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Introduction to Social Network Analysis

Introduction to Social Network Analysis

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Introduction to Social Network Analysis

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  1. Introduction to Social Network Analysis Technology and Innovation Group Leeds University Business School

  2. Growing influence of SNA

  3. Example applications within management and business • Borgatti, S.P. & Cross, R. (2003) A relational view of information seeking and learning in social networks, Management Science, 49(4), 432-445. • Boyd, D.M. & Ellison, N.B. (2008) Network sites: Definition, history and scholarship, Journal of Computer-Mediated Communication, 13(1), 210-230. • Hatala, J-P. (2006) Social network analysis in human resource development: a new methodology, Human Resource Development Review, 5(1) 45-71 • Ibarra, H. (1993) Network centrality, power, and innovation involvement: determinants of technical and administrative roles, Academy of Management Journal, 36(3), 471-501. • Reingen, P.H. & Kernan, J.B. (1986) Analysis of referral networks in marketing: methods and illustration, Journal of Marketing Research, 23, 370-8. • Tsai, W. (2000) Social capital, strategic relatedness and the formation of intraorganizational linkages, Strategic Management Journal , 21(9), 925-939.

  4. Development of SNA Gestalt theory (1920-30s) Structural – functional anthropology Field theory, sociometry (30s) Group dynamics Graph theory (50s) Manchester anthropologists (50-60s) Harvard structuralists (60-70s) adapted from Scott (2000) p. 8 Social network analysis (SNA) 80s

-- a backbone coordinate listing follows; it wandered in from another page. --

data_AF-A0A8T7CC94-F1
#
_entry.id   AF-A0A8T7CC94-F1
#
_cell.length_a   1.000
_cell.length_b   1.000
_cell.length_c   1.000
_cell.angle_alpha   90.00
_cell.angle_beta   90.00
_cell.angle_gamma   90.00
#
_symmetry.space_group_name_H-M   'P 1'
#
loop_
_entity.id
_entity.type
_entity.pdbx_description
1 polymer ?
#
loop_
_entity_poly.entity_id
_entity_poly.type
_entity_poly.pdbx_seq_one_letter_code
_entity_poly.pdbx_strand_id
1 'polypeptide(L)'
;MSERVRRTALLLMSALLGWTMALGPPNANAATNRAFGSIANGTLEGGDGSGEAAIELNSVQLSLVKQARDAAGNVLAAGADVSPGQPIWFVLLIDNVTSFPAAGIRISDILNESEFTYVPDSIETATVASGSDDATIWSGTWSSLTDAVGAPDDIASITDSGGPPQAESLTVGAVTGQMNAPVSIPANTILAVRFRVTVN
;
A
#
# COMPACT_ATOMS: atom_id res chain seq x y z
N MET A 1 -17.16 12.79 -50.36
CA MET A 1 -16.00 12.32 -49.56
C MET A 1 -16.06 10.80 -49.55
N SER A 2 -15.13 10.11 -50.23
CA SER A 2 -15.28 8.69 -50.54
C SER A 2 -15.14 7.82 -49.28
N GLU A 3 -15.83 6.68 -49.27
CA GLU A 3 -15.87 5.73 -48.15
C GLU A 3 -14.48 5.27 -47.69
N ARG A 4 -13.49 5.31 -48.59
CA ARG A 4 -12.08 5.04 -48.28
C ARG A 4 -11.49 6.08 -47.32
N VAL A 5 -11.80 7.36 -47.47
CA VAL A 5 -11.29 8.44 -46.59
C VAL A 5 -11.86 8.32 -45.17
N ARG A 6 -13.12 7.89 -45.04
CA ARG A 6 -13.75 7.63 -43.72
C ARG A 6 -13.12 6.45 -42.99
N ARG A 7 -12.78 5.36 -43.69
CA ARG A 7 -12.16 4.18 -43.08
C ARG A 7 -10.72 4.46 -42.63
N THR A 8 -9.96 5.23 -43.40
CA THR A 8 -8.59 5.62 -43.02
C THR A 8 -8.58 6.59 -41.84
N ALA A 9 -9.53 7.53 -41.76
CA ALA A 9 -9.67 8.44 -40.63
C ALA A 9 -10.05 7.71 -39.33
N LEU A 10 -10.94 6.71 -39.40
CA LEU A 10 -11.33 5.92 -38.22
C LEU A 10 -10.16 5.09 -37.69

5. SNA – method or theory? • “Social network analysis emerged as a set of methods for the analysis of social structures, methods that specifically allow an investigation of the relational aspects of these structures” Scott (2000) p. 38 • “Social network theory provides an answer to a question that has preoccupied social philosophy from the time of Plato,… how autonomous individuals can combine to create enduring, functioning societies” Borgatti et al. (2009) p.892

  6. Attributes vs. Relations Attributes Actors/Cases Relations (but not all connections shown) Univariate analysis Correlations Traditional analysis – focuses on attributes SNA – focuses on relationships

  7. Relational matrix A simple relational matrix in which presence/absence of a relation is indicated by a 1 or 0 respectively: who drinks with whom?

  8. Sociograms • Nodes represent actors, e.g. people • Lines represent ties or relationships among actors, e.g. trust, information sharing, friendship, etc. • Network is the structure of nodes and lines • Attributes: nodes can have one or more attributes, e.g. gender, company; seniority; tenure and job titles Sally Tom Alice

  9. Basic network components Triad Clique (size 4) Dyad Star (or wheel) Chain Circle centralised decentralised

  10. Directionality of ties • Ties may be directed or undirected • undirected lines (ties) are referred to as ‘edges’ • e.g. Tom and Fred drink together • directed lines are referred to as ‘arcs’ • direction is indicated by an arrow head (potentially at both ends) • e.g. Tom likes Dick but Dick doesn’t like Tom • e.g. Tom likes Sally and Sally likes Tom • nodes connected by arcs/edges are also referred to as vertices Tom Fred Tom Dick Tom Sally

  11. Tie enumeration - binary Ties might be present/ not present (binary) or can be valued E.g. matrix shown earlier in which presence/absence of a relation is indicated by a 1 or 0 respectively: who drinks with whom? . Tom Alice Sally Fred Dick Note matrix is symmetrical (and redundant) about diagonal

  12. Tie enumeration - valued Ties can be valued (and in this case directed) E.g. may be weighted in ordinal/interval manner: e.g. 0 = ‘Don’t like’, 1=‘like’, 2=‘really like’; or telephones n times per week. To From Note matrix is not symmetrical (nor redundant) about the diagonal